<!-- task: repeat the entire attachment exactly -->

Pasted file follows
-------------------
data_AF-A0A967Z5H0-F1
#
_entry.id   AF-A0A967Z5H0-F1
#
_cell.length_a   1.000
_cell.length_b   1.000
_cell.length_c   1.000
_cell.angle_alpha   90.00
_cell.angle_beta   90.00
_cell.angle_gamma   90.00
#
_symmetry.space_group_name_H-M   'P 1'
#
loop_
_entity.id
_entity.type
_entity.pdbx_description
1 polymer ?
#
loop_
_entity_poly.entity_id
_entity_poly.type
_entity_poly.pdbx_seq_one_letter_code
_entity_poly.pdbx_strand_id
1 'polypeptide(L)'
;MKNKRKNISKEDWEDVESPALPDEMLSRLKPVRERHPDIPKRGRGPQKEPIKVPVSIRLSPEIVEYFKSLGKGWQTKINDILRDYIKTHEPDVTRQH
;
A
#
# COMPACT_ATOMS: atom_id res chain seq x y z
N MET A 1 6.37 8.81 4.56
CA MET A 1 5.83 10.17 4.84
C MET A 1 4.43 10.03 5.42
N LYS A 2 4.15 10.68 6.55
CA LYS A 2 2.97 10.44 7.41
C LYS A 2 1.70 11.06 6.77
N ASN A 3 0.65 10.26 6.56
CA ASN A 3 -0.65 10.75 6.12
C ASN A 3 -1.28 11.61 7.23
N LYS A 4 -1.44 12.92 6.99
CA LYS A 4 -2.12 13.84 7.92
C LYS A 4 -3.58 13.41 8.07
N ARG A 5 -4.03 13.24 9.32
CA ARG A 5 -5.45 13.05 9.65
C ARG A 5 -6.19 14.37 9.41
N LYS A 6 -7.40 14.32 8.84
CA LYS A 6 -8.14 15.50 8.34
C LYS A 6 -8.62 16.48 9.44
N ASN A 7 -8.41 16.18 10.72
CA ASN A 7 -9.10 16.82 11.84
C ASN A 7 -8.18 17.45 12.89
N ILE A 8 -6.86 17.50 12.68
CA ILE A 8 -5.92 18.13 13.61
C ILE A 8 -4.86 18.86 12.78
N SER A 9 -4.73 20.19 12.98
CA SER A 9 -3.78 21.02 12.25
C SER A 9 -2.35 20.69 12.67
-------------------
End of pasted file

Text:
data_AF-A0A967Z5H0-F1
#
_entry.id   AF-A0A967Z5H0-F1
#
_cell.length_a   1.000
_cell.length_b   1.000
_cell.length_c   1.000
_cell.angle_alpha   90.00
_cell.angle_beta   90.00
_cell.angle_gamma   90.00
#
_symmetry.space_group_name_H-M   'P 1'
#
loop_
_entity.id
_entity.type
_entity.pdbx_description
1 polymer ?
#
loop_
_entity_poly.entity_id
_entity_poly.type
_entity_poly.pdbx_seq_one_letter_code
_entity_poly.pdbx_strand_id
1 'polypeptide(L)'
;MKNKRKNISKEDWEDVESPALPDEMLSRLKPVRERHPDIPKRGRGPQKEPIKVPVSIRLSPEIVEYFKSLGKGWQTKINDILRDYIKTHEPDVTRQH
;
A
#
# COMPACT_ATOMS: atom_id res chain seq x y z
N MET A 1 6.37 8.81 4.56
CA MET A 1 5.83 10.17 4.84
C MET A 1 4.43 10.03 5.42
N LYS A 2 4.15 10.68 6.55
CA LYS A 2 2.97 10.44 7.41
C LYS A 2 1.70 11.06 6.77
N ASN A 3 0.65 10.26 6.56
CA ASN A 3 -0.65 10.75 6.12
C ASN A 3 -1.28 11.61 7.23
N LYS A 4 -1.44 12.92 6.99
CA LYS A 4 -2.12 13.84 7.92
C LYS A 4 -3.58 13.41 8.07
N ARG A 5 -4.03 13.24 9.32
CA ARG A 5 -5.45 13.05 9.65
C ARG A 5 -6.19 14.37 9.41
N LYS A 6 -7.40 14.32 8.84
CA LYS A 6 -8.14 15.50 8.34
C LYS A 6 -8.62 16.48 9.44
N ASN A 7 -8.41 16.18 10.72
CA ASN A 7 -9.10 16.82 11.84
C ASN A 7 -8.18 17.45 12.89
N ILE A 8 -6.86 17.50 12.68
CA ILE A 8 -5.92 18.13 13.61
C ILE A 8 -4.86 18.86 12.78
N SER A 9 -4.73 20.19 12.98
CA SER A 9 -3.78 21.02 12.25
C SER A 9 -2.35 20.69 12.67